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Vagina Revolution’s First Book Review

Posted on: June 12th, 2013 by llewin No Comments

It was the last day of school for my children on Friday and my last day yesterday–time for summer vacation!  This corresponded beautifully with getting the first book review for Vagina Revolution!



VaginaRevolution_Book_LauraLewin from Heather

The Clarion Review is an old and established company that reviews books.  They also have an arm that reviews independent and self-published books.

I asked Clarion  to review my book and then I waited for 8 weeks with baited breath.  After all in many ways I wrote Vagina Revolution in a black hole and although it is based on much research and the opinions of many experts, it looks at attitudes towards vaginas in a more laid-back, taboo-breaking way.  I was thrilled to read the review (please see below):


Clarion Review


Vagina Revolution: A Candid and Informative Conversation About Vaginas

Laura Lewin

Barbara Green, contributor



Four Stars (out of Five)

Laura Lewin, a North Carolina school counselor, wrote Vagina Revolution with the help of Barbara Green, a physical therapist with expertise in women’s health, sexuality, and pelvic floor dysfunction. This well-written, attractively-packaged, and uncompromising examination of all things vaginal would be an appropriate addition to a high school or college library and to the sexuality or women’s-issues section of a bookstore. Though a sophisticated feminist audience might find much of Lewin’s overly impassioned verbiage a tad irritating, even the most worldly Eve Ensler type would admit there is always room for another book celebrating “down there.”

Few, if any, stones are left unturned in this 293-page book, from discharge to masturbation, rape, and female genital mutilation. Written as a conversation between the very outspoken Lewin and CG, a less radical “composite expert” mostly based on Lewin’s friend Barbara Green, the friendly back-and-forth style works well. The average reader will appreciate Green’s more mainstream personality that serves to temper some of Lewin’s almost shockingly progressive opinions. Lewin’s sentiment that the world would be a better place if the vagina and everything about it was talked about openly in all venues, from the schoolroom to the coffee shop, is actually quite refreshing, albeit naively utopian.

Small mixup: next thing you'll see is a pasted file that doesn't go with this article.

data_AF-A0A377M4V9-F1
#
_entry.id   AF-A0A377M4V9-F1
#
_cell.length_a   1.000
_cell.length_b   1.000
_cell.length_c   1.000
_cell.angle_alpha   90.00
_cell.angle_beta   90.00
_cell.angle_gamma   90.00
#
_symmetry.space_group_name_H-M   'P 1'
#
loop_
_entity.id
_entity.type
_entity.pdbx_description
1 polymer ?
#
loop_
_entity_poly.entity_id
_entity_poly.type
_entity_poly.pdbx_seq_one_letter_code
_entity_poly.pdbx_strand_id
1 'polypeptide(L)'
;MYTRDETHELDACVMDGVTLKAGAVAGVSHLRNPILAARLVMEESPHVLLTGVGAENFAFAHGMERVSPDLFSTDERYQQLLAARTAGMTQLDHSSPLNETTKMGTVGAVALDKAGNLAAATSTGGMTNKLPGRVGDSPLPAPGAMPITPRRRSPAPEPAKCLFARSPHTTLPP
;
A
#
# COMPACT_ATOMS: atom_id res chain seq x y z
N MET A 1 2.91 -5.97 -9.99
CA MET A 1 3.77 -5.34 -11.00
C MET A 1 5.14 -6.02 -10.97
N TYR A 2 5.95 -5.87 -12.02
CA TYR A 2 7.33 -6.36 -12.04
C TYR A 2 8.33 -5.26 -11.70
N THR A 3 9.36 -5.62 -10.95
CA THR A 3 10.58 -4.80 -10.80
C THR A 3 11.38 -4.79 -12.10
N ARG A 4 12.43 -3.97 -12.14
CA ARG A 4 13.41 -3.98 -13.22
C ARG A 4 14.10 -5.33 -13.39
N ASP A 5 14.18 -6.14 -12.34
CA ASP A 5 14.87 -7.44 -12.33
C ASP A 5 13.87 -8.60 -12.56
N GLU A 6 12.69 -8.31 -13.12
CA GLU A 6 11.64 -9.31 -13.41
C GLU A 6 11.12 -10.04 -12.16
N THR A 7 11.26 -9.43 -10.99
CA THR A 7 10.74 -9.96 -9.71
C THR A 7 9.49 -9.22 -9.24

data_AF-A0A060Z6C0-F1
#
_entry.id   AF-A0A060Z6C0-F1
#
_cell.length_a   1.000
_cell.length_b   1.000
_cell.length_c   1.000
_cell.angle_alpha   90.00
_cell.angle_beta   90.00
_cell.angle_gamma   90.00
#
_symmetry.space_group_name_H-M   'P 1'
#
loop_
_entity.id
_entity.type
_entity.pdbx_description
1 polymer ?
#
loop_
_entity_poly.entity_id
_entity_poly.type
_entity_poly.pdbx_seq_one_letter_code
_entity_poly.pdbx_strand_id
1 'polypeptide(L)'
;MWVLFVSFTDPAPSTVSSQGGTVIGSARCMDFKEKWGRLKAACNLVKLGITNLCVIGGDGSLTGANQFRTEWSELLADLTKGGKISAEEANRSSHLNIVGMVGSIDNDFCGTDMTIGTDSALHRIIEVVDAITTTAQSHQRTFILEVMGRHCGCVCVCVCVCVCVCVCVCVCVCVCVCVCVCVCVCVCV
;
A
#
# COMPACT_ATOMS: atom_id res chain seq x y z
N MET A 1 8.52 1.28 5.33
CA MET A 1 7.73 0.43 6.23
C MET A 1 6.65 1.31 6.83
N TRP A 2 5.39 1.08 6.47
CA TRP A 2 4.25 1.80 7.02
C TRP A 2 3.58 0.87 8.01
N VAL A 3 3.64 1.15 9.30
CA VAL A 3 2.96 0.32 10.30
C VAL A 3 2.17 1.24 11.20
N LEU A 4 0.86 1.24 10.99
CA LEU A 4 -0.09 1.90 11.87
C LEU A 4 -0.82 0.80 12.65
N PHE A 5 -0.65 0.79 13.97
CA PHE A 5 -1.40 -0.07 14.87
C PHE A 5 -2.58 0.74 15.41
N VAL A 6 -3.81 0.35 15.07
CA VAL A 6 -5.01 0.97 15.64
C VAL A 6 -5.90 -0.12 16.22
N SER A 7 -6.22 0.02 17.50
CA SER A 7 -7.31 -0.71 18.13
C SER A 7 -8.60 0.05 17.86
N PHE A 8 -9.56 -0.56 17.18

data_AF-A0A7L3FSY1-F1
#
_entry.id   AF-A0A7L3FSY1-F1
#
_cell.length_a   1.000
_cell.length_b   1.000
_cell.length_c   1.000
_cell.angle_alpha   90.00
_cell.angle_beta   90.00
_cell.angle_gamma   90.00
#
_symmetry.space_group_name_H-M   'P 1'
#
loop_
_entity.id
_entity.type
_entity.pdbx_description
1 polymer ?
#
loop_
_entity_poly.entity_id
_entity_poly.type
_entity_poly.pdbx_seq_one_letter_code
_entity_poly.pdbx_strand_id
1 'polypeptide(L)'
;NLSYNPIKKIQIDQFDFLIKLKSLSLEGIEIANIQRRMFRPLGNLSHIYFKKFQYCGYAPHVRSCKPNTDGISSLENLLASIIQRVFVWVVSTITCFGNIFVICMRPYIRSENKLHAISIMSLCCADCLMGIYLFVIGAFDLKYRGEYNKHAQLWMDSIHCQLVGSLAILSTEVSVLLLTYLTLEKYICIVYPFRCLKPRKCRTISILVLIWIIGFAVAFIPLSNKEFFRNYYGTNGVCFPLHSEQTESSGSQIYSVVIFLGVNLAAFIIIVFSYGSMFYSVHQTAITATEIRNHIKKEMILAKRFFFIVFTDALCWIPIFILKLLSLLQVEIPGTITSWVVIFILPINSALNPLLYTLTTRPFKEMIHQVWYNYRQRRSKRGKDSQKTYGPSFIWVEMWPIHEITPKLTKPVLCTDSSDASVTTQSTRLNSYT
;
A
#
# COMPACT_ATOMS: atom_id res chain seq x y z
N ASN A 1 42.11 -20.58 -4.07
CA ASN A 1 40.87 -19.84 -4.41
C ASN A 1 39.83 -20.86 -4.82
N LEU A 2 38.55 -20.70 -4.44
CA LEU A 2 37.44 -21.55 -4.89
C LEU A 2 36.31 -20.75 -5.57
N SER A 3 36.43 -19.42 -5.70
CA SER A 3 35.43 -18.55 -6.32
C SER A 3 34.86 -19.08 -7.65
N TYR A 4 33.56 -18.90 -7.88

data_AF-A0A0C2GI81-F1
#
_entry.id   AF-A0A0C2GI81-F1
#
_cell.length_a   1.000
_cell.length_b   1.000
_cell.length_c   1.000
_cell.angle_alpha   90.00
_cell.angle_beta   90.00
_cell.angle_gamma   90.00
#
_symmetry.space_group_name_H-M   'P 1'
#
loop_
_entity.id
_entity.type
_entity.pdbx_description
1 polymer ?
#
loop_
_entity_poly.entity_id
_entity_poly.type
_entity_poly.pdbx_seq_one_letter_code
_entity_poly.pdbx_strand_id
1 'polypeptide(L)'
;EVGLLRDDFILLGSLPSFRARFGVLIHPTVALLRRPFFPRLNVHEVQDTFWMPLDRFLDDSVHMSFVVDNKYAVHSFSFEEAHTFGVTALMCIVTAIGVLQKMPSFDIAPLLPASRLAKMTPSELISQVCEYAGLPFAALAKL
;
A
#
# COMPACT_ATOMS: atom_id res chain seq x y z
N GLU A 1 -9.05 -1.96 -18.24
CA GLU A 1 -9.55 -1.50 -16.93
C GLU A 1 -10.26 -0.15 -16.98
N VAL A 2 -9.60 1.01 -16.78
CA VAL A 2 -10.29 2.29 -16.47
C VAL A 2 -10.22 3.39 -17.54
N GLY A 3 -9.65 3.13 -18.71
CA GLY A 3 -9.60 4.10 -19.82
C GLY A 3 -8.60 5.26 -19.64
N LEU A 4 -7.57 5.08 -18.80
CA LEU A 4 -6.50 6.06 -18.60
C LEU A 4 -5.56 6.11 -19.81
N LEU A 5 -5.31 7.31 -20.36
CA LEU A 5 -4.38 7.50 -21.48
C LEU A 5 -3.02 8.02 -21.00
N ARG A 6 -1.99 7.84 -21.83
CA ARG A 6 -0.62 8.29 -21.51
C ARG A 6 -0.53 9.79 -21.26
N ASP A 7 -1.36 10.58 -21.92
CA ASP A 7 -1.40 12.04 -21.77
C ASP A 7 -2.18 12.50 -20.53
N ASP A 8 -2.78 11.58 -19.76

On this note, Vagina Revolution does tend to get off subject at times and devolve into a lamentation about all that’s wrong in the patriarchal world, and if everyone would just read the book and get over their hangups, all would be well. This weakness, coupled with the excess of repetition and redundancies, is off-putting in such an otherwise stellar and necessary book.

Vagina Revolution is organized into three parts that correspond to the vagina’s physical, mental, and spiritual manifestations. Part one opens with an informative overview of the vagina’s neighboring orifices, the anus and urethra, and segues into a fascinating montage of close-up photographs of the labia. Besides the abundance of tastefully explicit photos, there are many charts, drawings, and diagrams throughout the book. For example, the second chapter sports a chart that extrapolates on the differences between yeast infections, bacterial vaginosis, and urinary tract infections, while another chart in the thirteenth chapter breaks down the frequency of masturbation for various age groups.

Also covered in part one are chapters on hormones, the clitoris, smell, and how the vagina ages. Part two includes chapters on sexuality, masturbation, fantasy, orgasm, and sex. This section also has an abundance of useful and compassionate information on and exercises for overcoming inhibitions about one’s body image and sexual persona. Part three covers childbirth and motherhood, sexual orientation, and gender identity, and it finishes up with a look at how the vagina is faring worldwide. There are several excellent appendices that include up-to-date information on sexually transmitted diseases and birth control methods.

Vagina Revolution, a book worth reading and sharing, can be lauded for helping the world get one step closer to being a more vagina-friendly place to live.


Patty Sutherland


Thank you, Patty Sutherland (whoever you are). I really appreciate your book review!




One Year Anniversary of Vagina Protest in Lansing, Michigan

Posted on: May 6th, 2013 by llewin No Comments